(photo credit: Debi Milligan)
April 22, 2003
8:00 p.m. Reading
3303 Sage, RPI, Troy
Directions to Russell Sage Lab Bldg
Marge Piercy is one of America's leading feminist literary figures, a rare author who is unafraid to create novels and poetry with a political mission.
"Almost alone among her American contemporaries, Marge Piercy is a radical and a writer simultaneously. . ." - New York Times
An early spokesperson for the Feminist Movement, Piercy first achieved widespread critical attention with her third novel Small Changes (1973), which she wrote to serve as the fictional equivalent of a consciousness-raising group for women who had yet to be liberated.
"one of the first [books] to explore the variety of lifestyles that women are adopting in order to give meaning to their personal and political lives." - New Republic
the novel also stirred a great deal of controversy in the press for its depiction of American society in a state of "sexual warfare."
Piercy followed Small Changes with the science fiction novel, Woman on the Edge of Time (1976) a classic of feminist literature and a book that Piercy regards as her personal favorite. The novel's protagonist is a woman confined to a mental hospital who periodically travels into a Utopian future of gender equality.
"Stunning. . .marvelous and compelling." - Publishers Weekly
"Chilling, provocative and controversial." - Mademoiselle
Piercy's new memoir is Sleeping with Cats (2002), which begins with her working class childhood in a predominantly black section of Detroit. Piercy's mother was a housewife with a tenth-grade education, and her father a millwright who repaired and installed machinery. From her surrounds Piercy learned early about the inequities of the capitalist system. Piercy also recounts bitter battles with her parents and a self-performed abortion at age 17 that almost caused her to bleed to death.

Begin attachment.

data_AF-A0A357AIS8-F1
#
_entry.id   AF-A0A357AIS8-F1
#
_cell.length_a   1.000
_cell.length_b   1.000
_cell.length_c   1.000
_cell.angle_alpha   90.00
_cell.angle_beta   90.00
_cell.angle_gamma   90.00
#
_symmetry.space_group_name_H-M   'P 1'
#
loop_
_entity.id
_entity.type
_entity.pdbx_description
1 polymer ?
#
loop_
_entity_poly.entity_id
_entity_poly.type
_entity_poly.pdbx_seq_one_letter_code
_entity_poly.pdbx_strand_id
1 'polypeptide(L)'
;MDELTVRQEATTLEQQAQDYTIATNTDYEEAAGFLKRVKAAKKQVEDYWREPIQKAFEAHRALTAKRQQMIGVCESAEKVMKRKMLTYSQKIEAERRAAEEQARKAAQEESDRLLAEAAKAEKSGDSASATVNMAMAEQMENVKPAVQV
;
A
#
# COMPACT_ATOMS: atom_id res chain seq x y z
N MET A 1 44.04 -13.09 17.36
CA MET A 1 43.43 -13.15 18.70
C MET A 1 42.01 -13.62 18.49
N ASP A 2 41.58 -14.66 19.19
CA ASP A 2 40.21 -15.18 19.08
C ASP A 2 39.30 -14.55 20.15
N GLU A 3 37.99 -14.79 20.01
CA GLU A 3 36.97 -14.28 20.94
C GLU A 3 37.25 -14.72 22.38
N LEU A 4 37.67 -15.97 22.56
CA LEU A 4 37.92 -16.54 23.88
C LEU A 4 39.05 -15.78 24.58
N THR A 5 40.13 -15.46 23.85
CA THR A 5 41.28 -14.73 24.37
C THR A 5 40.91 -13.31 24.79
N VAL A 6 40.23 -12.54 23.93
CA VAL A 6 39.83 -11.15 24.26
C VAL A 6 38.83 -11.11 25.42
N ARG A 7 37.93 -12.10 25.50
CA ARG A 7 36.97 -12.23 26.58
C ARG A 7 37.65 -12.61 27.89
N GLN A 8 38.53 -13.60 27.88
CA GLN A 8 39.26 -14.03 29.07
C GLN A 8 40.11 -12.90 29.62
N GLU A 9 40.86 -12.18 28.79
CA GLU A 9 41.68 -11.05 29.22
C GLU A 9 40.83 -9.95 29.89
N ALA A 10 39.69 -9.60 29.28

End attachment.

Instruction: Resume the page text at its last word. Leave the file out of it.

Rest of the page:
The memoir follows her career through 15 novels, 15 books of poetry and a lifetime of political activism. It also presents portraits of her dearest friends--most of them happen to be cats. Indeed, Piercy regards the cats in her life as the one loving constant that has offered her comfort and meaning throughout her turbulent career.
"An enriching pleasure. . .a lovingly written memoir by a woman in touch with what matters." - Washington Post
Marge Piercy is also the author of a new collection of poems, Colors Passing Through Us (March 2003). In it she writes about the things that matter most to her: the lives of women, nature, love between men and women, politics (sexual and otherwise), and the endurance of love and life. Several poems evoke Piercy's mother, "a housewife caught in a grinding round of chores." A number are rooted in Jewish ritual and lore, and grow out of Piercy's central role in Jewish Renewal, a movement that brings new creative approaches to Jewish spirituality.
Piercy's work has earned numerous prizes, including a National Endowment for the Arts award, the Carolyn Kizer Poetry Prize (twice), the May Sarton Award, the Arthur C. Clarke Award for science fiction (three times), and the American Library Association Notable Book Award. With Ira Wood, she is co-owner of Leapfrog Press, a small-scale publisher of literary fiction, memoirs and poetry.
Marge Piercy's Home Page|
William Morrow Publishers
McKinney Contest, RPI
Sunday Gazette Article
Writers Online Magazine Articles (2)